Guide to: Portland, OR

Jacob Nierenberg

Simply put, Portland, Oregon is the indie rock capital of the world. The following musicians have, at one point or another, called the city home: Courtney Love, James Mercer, Isaac Brock, Johnny Marr, Stephen Malkmus, Britt Daniel, Ruth Radelet, Carrie Brownstein, Corin Tucker, and, of course, Elliott Smith. Maybe you’ve seen one of them play a hometown show, or even caught them shopping at one of the city’s many record stores.

Record Stores

Music Millennium

Not just one of the best record stores in Portland, but one of the best in the country, Music Millennium has been in business for more than 50 years. It’s easy to spend hours inside, wandering from the vinyl rooms to the used CD section to the store’s upper level and back to vinyl all over again. Show up on the right day and you might catch an in-store performance from a local or touring act.

Jackpot Records

Tucked away in the Rose City’s Hawthorne District, Jackpot Records (no relation to Larry Crane’s Jackpot! Recording Studio) is a colorful little place frequented by hipsters and hippies alike. They’re also known for giving away concert tickets on Facebook, so be sure to follow them the next time your favorite band’s supposed to pass through.

Mississippi Records

Mississippi Records is an indie purist’s dream: It wasn’t until the COVID-19 pandemic that this all-vinyl store (and label) finally set up pages on Bandcamp and Discogs. Nevertheless, Vinyl Me, Please named it the best record store in Oregon a couple of years ago. It’s certainly the one with the most character.

Crossroads Records

Crossroads Records is to vinyl what Powell’s is to books. In addition to used LPs, you can find 7-inch singles, tapes, posters and even audio gear at the store, which moved a few years ago from its original Hawthorne spot to a new, even bigger location. If you’re a real vinyl hound, you simply have to go to Crossroads.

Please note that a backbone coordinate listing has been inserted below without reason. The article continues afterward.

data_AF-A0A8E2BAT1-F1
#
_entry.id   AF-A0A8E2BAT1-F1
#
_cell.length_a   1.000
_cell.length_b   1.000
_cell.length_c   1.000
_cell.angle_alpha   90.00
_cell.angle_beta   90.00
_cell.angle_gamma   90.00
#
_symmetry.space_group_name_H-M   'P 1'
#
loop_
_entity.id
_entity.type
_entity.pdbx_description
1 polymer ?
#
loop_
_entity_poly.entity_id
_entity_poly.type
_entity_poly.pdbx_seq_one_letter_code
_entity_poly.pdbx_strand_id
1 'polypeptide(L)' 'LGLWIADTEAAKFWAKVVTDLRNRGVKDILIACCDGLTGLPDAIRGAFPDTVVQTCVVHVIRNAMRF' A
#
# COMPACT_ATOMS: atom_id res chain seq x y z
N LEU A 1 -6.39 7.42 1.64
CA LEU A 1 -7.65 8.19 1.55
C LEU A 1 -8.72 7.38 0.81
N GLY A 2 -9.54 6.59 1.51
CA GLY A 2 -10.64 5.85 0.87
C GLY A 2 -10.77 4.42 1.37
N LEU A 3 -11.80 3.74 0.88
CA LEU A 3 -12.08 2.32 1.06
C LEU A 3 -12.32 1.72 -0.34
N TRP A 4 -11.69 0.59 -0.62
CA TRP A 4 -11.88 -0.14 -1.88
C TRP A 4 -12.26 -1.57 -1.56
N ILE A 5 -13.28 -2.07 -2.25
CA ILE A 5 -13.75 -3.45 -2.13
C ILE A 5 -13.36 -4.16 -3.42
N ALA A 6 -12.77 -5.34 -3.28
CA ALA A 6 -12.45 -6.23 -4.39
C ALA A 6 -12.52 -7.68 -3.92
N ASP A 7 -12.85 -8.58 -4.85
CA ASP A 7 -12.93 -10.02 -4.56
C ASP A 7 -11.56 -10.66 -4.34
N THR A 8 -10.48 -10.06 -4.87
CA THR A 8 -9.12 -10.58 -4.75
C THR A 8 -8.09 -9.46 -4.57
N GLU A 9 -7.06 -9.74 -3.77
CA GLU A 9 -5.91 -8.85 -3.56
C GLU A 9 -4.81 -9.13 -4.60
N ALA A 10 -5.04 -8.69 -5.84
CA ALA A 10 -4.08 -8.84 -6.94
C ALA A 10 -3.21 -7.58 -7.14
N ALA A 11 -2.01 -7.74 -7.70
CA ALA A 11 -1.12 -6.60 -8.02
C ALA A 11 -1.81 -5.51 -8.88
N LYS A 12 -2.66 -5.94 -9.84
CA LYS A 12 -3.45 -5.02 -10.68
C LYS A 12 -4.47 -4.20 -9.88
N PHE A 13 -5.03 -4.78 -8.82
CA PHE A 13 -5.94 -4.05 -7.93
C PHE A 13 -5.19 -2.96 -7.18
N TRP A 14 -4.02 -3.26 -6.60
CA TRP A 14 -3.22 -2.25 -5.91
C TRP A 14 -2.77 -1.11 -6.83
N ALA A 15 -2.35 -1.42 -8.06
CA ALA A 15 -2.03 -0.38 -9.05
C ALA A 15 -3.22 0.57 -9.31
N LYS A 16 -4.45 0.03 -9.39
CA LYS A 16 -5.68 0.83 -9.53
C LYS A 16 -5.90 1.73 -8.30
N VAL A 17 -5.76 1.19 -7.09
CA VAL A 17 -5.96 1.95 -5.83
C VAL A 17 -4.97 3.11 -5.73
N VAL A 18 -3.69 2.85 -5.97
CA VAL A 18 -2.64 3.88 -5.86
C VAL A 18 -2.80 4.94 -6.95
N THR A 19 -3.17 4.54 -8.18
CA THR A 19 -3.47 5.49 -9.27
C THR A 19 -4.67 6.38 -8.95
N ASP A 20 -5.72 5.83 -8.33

2nd Avenue Records

It’s impossible to miss 2nd Avenue Records, just off the Morrison Bridge into downtown Portland. This is one of the best places in the city to look for hardcore genres like punk and rap, but there’s no shortage of no-nonsense rock ‘n’ roll here.

Live Music Venues

Black Water Bar

Portland lost two of its best punk venues within the last few years—first The Know in 2016 and The Analog in 2019—and Black Water Bar looks to be the most likely to fill the void. It’s the kind of place that has a full-service bar and plays Twin Peaks reruns when bands aren’t onstage, but it’s welcoming of patrons of all ages and the menu is 100% vegan. In other words, it’s our kind of place.

Holocene

Hands down, the best place to go for a warehouse party in Portland. Holocene (the namesake of the Bon Iver song) hosts everything from indie rock shows to electronic raves to R&B / pop acts. They’re also known for their monthly special events, including queer- and intersectional-centered events like Double Down, Slay and Gaycation.

Wonder Ballroom

This Portland landmark used to be a church, and it has the acoustics to match. It’s certainly one of the nicest-looking venues in the city, whether you’re on the main floor, up on the mezzanine, or in the basement’s Under Wonder Lounge.

Roseland Theater

 Like the Wonder Ballroom, the Roseland Theater used to be a church, and has excellent acoustics. Unlike the Wonder Ballroom, the Roseland Theater is supposedly haunted. (Look up Larry Hurwitz and Starry Night, if you dare.)

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